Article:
Why San Francisco Remains In The Purple Tier: The State’s ‘Health Equity Metric'
The state reduced restrictions on San Mateo and Marin counties this week, but not on San Francisco despite similar COVID-19 numbers, and this has to do with California’s tier system.
The purple tier means lots of businesses are closed, and red is less restrictive. Most of the state has been purple since mid November.
Counties can move from the purple to the red tier if their coronavirus caseloads steadily drop andthey meet other requirements.
Although San Francisco continues to report lower new case rates and positive tests than any other county in the Bay Area, it remains in the purple tier. This has to do with something called the health equity metric.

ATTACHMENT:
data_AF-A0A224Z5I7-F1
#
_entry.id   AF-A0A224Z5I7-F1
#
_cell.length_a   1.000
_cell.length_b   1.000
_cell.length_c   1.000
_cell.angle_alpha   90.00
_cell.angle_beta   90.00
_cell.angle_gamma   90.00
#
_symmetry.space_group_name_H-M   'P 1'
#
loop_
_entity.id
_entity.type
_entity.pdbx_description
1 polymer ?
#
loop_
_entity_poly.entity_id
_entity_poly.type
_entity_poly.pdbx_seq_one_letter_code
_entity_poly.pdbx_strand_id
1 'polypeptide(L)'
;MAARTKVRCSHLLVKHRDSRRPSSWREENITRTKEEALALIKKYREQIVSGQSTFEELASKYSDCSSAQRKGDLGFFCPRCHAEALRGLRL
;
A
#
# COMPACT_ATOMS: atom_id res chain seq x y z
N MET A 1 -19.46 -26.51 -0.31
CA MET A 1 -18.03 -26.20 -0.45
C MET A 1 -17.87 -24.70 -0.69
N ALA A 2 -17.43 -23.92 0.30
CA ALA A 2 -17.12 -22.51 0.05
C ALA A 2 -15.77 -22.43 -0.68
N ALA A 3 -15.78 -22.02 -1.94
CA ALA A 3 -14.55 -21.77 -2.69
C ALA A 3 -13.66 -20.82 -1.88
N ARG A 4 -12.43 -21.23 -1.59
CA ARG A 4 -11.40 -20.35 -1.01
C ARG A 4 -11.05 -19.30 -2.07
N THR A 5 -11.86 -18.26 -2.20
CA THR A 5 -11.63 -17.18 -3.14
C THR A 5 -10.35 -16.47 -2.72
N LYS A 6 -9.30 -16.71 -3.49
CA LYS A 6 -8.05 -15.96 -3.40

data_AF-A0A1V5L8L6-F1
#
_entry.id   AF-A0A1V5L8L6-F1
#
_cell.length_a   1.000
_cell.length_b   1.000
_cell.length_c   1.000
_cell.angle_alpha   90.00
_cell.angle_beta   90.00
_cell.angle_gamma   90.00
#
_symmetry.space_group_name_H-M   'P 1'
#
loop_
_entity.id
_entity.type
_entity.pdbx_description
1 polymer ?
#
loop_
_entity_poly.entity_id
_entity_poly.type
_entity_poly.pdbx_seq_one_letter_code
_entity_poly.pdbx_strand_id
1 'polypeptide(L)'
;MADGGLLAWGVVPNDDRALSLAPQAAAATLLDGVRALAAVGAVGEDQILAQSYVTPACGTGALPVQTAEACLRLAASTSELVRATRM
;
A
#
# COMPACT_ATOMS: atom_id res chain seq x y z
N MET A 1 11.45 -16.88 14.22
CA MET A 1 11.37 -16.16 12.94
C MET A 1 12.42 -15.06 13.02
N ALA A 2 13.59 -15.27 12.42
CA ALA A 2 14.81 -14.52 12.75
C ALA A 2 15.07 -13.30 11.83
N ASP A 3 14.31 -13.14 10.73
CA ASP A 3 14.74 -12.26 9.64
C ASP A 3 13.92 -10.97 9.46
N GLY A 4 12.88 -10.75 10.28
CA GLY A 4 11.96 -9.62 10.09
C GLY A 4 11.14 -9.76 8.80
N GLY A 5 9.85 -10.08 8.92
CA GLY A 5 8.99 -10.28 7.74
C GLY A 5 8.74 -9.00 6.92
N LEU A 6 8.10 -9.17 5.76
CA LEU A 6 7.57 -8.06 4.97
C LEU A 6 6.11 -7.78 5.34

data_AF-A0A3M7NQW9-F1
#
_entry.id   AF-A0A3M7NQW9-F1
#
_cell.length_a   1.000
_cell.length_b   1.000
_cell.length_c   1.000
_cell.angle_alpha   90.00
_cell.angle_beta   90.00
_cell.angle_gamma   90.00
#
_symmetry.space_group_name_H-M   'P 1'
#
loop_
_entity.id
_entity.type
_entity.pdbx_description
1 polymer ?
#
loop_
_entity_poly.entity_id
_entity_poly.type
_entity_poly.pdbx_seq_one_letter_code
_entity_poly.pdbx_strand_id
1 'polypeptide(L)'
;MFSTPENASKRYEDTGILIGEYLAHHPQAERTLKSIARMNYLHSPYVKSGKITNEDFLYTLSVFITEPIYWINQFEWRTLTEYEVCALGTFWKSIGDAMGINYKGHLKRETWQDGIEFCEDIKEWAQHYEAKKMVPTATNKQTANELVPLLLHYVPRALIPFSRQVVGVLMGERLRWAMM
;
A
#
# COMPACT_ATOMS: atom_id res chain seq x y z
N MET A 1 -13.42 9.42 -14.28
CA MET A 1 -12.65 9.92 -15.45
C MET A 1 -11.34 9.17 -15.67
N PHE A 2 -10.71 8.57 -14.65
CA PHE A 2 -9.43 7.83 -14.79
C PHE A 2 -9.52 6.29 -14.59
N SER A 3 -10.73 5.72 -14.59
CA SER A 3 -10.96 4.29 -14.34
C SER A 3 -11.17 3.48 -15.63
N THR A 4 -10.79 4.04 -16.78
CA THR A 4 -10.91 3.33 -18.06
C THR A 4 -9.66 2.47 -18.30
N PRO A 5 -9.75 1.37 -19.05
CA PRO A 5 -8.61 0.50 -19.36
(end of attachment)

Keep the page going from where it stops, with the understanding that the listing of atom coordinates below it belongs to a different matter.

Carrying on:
That’s a state calculation showing the impact of COVID-19 on neighborhoods with disproportionate inequities. These neighborhoods house many essential workers and often overlap with communities of color.
To move into the state’s less restrictive tier, San Francisco would have to have a test positivity rate under 5% for two consecutive weeks. While most of the county is well below that, areas including the Tenderloin and Portola neighborhoods are above the threshold. And overall, San Francisco's health equity positivity rate jumped to 5.4% last week. This puts the county’s numbers just shy of the requirement, so it will have to wait a little longer to open up a little more.